The company, which initially failed in repeated offers to buy fertilizer producer Terra in 2009, finally made the deal in 2010 after a prolonged bidding war. The Terra acquisition made CF Industries the largest North American producer of nitrogen-based fertilizers and second-largest fertilizer company in the world.

In the past, I’ve had both CF Industries and Terra on my Buy Lists, and they have produced significant gains.  That’s because when crop prices rise, farmers want fertilizer to squeeze out every last drop out of their land. So, it’s really no wonder that I sold TNH for 43% gains in my Emerging Growth service and for 61% gains in Quantum Growth.

Now, you may be wondering—why would I recommend two stocks from the same parent company? Well, on the trading floor, these stocks behave very differently. TNH is a thinly traded stock, so it tends to have more dramatic price swings. But the stock also offers a whopping 8.2% dividend yield! On the other hand, CF offers just a 0.9% dividend yield, but has the steady returns of a blue chip stock. Depending on your tolerance for risk and craving for high yields, either of these stocks would make a great addition to your portfolio.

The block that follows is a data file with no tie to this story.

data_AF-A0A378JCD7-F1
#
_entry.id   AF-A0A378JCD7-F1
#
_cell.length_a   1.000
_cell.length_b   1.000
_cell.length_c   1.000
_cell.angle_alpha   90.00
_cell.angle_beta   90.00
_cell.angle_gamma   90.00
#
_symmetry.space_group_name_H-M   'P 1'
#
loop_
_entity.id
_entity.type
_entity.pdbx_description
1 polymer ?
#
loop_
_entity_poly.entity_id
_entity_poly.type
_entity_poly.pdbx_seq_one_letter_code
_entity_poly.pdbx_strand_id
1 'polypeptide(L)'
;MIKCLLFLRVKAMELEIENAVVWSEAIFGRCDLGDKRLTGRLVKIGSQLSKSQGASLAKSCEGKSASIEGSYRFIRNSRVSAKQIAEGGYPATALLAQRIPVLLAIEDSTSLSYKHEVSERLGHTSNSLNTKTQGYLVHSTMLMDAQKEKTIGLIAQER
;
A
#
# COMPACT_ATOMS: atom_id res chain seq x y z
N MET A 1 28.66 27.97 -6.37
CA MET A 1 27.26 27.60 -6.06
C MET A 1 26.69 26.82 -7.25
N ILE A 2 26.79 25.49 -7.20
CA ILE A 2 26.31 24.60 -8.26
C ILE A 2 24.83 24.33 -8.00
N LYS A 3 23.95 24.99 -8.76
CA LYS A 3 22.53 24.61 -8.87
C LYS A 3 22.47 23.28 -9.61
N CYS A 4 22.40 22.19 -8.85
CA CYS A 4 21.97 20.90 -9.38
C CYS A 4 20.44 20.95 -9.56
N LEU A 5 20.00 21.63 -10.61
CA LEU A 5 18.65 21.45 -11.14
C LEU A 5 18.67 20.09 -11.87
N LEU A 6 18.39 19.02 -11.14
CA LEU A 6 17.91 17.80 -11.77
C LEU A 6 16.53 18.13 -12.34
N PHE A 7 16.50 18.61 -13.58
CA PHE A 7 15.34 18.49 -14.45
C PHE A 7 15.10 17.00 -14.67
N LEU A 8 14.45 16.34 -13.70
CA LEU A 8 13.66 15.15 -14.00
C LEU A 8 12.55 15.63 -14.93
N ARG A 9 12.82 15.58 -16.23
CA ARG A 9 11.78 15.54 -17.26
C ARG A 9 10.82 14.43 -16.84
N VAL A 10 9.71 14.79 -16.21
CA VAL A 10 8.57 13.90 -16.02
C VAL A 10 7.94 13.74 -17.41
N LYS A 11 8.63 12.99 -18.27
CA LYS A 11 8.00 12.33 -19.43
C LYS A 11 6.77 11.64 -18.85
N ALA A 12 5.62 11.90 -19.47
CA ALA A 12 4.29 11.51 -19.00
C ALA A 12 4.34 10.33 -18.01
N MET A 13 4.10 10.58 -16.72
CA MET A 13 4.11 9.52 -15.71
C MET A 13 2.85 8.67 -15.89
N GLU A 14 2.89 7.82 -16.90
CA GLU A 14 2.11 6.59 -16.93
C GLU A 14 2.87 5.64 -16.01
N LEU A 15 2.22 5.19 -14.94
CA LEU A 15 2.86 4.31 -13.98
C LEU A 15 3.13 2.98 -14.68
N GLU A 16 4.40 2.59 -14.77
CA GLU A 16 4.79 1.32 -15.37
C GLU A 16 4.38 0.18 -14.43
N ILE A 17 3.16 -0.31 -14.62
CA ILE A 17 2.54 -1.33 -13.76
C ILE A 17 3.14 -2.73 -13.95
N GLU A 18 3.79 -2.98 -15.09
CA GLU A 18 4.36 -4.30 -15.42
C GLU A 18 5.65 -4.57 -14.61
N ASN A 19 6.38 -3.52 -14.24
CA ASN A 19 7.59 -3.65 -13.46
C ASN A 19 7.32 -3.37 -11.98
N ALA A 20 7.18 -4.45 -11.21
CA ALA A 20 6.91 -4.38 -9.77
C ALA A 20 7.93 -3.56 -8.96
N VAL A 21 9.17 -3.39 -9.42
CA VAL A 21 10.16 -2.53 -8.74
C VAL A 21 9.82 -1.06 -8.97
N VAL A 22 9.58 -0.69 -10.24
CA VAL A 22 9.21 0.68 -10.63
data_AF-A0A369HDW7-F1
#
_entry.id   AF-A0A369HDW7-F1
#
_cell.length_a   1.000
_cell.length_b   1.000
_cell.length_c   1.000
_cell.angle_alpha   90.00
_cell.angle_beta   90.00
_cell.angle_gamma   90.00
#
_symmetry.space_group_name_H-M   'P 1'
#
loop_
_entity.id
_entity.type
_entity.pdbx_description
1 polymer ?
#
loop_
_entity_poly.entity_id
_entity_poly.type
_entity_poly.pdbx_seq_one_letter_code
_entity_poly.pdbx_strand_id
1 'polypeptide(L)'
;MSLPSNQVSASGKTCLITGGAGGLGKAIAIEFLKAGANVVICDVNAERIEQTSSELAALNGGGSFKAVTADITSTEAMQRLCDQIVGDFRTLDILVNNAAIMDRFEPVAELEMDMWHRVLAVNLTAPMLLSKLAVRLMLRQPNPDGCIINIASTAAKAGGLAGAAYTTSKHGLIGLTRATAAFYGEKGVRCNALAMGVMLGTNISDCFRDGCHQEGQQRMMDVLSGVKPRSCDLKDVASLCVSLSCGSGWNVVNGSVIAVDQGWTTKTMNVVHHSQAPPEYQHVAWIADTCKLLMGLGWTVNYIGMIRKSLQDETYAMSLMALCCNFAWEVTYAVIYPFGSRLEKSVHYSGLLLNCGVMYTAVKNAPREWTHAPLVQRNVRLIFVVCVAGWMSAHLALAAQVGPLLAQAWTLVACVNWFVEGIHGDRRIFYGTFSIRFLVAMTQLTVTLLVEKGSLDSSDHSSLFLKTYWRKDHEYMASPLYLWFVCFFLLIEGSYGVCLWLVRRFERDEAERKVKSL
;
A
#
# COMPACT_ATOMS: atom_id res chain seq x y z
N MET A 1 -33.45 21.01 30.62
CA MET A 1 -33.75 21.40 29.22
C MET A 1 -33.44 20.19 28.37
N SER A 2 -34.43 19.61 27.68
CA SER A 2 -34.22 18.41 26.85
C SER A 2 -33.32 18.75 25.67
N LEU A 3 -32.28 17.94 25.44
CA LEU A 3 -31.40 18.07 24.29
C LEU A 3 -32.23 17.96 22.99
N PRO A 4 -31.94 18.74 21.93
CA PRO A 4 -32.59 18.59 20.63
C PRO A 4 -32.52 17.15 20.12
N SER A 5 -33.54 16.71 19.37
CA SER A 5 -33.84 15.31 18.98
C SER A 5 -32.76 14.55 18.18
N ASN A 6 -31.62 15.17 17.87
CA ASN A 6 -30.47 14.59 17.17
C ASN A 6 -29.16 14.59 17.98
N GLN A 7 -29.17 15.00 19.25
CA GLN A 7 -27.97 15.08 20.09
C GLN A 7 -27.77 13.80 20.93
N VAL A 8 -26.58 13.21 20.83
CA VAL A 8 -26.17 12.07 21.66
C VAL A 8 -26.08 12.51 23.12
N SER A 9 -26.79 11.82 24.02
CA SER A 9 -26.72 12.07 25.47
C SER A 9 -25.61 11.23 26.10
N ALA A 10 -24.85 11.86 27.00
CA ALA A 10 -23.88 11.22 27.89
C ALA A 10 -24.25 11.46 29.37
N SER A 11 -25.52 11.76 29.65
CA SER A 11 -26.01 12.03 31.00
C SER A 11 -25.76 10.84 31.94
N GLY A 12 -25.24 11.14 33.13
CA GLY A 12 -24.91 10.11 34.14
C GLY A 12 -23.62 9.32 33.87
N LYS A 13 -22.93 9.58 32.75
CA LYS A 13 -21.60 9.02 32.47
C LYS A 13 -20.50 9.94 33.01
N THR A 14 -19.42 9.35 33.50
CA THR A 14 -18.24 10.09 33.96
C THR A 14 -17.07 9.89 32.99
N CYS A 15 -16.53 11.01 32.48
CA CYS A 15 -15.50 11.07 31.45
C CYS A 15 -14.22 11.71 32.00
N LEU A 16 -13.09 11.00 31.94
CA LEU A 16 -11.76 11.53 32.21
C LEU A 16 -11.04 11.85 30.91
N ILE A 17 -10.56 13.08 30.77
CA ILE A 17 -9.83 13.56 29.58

Another way to profit from the falling dollar is through metals and mining stocks. These stocks not only benefit from higher prices for what they pull out of the ground, but from the flight to safety that happens when the markets get volatile. Now, it may be tempting to join the latest “Gold Rush” and buy up the metal itself, but I have a much more attractive alternative.

In an industry with almost 700 players, it seems difficult to isolate a well-balanced, low-risk stock. But, with a little help from my free Portfolio Grader tool, I have done just that.

Based in Toronto, Franco-Nevada Corp. (FNV) is considered the world’s leading gold royalty company. Its portfolio is spread across North America, Africa and Asia, so the company is profiting from some of the largest gold discoveries out there. The great thing about this stock is that it provides less risk than holding gold itself or even an operating gold company, yet has more yield than a gold ETF. In the gold industry, this stock is in the top 5% in terms of market cap, the top 10% in terms of sales growth, and the top 2% in terms of earnings growth!  Unlike most gold miners, FNV also pays a dividend of about 1.1% annually.

So, if you’re looking for a gold play with low risk and favorable rewards, this is the place to be.